"Considers how history and Confucian notions of order and hierarchy shape China's foreign relations." The Chronicle Review
"Christopher Ford tells us in The Mind of Empire how Chairman Mao gradually transformed himself in the minds of the people of Communist China from a great revolutionary hero into a false god and political messiah." Christian News
"Seeks to explicate what [Ford] sees as key differences in the Chinese and Western normative understandings of international order; how they have shaped China's relations with the rest of the world, particularly Western Europe and the United States; and implications for the future." Book News Inc.
"Writing primarily for Western policy-makers and the interested general audience, Ford seeks to explicate what he sees as key differences in the Chinese and Western normative understandings of international order." Book News Inc.
"Ford's reading of Confucius is both shrewd and instructive, with implications for contemporary policymakers. China may currently be governed by a hybrid of entrepreneurial capitalism and rigid central controlthe world's largest fascist state, strictly speakingbut its ruling principles and aspirations remain grounded in Confucian thought... The Mind of Empire is an ideal guidebook for contending with the People's Republic: a scholarly analysis of Chinese history written with considerable authority and flair, and a sobering account of what dealing with Chinese power and ambition means to usand, especially, to them." The Weekly Standard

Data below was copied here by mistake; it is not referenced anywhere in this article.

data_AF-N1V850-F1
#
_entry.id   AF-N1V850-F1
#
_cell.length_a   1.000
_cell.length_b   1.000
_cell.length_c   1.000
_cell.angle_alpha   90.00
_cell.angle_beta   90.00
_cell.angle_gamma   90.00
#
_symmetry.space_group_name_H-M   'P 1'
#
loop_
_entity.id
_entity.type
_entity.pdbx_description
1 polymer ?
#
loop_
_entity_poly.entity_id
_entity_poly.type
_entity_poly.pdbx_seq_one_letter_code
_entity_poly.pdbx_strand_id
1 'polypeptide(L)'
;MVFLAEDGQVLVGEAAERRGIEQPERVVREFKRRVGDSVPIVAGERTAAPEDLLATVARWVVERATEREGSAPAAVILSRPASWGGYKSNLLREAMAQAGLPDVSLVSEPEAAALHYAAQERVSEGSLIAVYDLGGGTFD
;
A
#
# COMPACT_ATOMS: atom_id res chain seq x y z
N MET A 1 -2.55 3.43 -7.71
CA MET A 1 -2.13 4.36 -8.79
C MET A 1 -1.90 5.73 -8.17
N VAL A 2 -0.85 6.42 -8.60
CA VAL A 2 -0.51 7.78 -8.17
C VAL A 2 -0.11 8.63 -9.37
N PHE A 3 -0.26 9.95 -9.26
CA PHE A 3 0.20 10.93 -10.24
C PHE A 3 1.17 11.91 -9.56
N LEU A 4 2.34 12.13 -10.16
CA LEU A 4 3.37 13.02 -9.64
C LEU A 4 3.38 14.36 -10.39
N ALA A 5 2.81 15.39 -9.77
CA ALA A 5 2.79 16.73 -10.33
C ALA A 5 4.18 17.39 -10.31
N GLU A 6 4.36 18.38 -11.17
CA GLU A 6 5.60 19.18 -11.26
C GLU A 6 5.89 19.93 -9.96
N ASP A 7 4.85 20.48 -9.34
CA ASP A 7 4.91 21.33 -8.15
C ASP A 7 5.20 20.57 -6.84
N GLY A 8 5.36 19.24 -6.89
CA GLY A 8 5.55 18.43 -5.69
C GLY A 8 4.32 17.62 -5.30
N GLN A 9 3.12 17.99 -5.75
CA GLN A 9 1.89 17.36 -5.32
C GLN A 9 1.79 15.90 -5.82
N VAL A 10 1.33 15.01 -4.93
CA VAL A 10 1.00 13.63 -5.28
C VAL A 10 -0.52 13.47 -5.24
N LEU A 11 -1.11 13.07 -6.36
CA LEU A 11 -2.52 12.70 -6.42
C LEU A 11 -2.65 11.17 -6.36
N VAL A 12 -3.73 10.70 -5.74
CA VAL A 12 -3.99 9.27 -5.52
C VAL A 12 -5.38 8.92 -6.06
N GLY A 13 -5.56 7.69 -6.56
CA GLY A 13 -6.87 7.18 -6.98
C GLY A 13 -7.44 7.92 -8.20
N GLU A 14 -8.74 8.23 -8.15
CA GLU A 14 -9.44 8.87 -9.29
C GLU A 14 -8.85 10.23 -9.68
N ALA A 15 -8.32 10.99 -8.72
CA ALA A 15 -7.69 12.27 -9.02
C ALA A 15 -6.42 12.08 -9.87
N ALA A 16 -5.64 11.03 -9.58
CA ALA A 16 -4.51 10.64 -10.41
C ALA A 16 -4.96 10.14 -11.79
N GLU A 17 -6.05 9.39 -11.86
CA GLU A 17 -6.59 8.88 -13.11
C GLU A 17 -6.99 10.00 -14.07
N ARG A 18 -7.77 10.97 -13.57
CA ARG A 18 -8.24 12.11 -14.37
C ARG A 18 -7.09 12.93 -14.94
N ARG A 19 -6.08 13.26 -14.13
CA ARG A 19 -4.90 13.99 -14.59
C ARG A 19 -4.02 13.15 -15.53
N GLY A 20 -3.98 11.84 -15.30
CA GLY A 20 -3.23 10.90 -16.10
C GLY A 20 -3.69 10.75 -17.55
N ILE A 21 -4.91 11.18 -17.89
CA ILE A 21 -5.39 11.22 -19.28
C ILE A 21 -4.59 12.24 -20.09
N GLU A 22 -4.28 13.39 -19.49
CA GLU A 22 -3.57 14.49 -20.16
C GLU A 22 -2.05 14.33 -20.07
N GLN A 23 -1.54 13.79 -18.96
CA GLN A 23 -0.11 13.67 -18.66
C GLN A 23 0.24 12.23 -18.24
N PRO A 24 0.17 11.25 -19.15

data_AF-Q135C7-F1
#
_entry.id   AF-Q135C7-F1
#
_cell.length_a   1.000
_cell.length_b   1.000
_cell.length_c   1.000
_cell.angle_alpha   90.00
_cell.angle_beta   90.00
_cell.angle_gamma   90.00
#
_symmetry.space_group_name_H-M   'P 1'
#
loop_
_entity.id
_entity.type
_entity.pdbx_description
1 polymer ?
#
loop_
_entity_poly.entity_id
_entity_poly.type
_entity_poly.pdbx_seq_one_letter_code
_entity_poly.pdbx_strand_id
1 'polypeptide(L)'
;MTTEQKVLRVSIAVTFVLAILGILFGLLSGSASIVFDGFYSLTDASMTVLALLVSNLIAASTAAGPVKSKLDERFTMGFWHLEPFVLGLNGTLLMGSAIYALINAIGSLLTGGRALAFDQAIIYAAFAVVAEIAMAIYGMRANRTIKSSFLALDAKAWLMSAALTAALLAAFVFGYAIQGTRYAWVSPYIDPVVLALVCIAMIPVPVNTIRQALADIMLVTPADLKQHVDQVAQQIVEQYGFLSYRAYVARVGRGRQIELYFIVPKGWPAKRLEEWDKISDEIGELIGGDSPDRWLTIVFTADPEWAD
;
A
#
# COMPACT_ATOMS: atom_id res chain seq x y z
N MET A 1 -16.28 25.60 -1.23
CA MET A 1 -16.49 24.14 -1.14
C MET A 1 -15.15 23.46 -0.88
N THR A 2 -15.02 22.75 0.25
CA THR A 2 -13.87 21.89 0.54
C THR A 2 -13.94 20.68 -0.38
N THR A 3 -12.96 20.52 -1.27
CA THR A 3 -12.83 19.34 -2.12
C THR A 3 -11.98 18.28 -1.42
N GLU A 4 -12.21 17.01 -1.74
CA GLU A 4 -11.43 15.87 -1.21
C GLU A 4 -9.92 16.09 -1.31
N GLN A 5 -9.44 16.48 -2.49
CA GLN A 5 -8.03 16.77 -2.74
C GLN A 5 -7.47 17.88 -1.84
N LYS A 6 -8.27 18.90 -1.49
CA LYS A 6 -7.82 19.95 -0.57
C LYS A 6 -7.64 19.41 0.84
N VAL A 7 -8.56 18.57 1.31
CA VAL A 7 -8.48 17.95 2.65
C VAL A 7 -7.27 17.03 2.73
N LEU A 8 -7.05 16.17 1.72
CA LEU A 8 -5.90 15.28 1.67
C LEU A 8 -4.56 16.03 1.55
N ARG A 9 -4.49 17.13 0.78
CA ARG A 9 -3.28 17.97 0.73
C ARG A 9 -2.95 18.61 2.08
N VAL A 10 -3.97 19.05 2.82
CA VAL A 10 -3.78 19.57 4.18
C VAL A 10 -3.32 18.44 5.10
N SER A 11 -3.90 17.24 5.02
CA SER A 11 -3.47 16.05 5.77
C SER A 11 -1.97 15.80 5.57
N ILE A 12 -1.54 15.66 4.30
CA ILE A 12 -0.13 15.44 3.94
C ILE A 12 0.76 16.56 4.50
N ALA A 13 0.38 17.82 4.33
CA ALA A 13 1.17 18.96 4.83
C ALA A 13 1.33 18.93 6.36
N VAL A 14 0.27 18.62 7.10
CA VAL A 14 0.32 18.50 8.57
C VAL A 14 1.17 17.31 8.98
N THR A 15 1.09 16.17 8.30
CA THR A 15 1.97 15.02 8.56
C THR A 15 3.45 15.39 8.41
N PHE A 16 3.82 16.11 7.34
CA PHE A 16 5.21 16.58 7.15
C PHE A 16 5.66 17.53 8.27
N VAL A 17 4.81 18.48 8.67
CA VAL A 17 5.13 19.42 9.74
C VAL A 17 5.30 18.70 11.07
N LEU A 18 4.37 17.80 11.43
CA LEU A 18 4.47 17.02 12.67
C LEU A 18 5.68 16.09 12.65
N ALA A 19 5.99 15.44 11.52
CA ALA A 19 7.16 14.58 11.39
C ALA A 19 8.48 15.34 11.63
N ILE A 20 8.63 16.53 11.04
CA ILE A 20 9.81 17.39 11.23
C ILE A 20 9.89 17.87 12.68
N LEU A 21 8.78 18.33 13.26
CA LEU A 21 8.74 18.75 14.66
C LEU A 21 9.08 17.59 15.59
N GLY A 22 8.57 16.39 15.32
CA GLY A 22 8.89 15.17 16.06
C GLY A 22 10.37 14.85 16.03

"A much-needed and an erudite contextualization... [this book] will benefit immensely those interested in the history and strategic culture of China's foreign policy." The China Quarterly
"Not since John King Fairbank's 1968 edited volume The Chinese World Order, has there been a single volume published that so effectively encapsulates centuries of China's traditional worldviews (plural) and its practices of statecraft. Ford's study is fluidly and engagingly written, making dense history and philosophy both accessible to non-historians and relevant to current concerns...the book should become standard reading for all courses on Chinese foreign policy." David Shambaugh, Journal of Chinese Political Science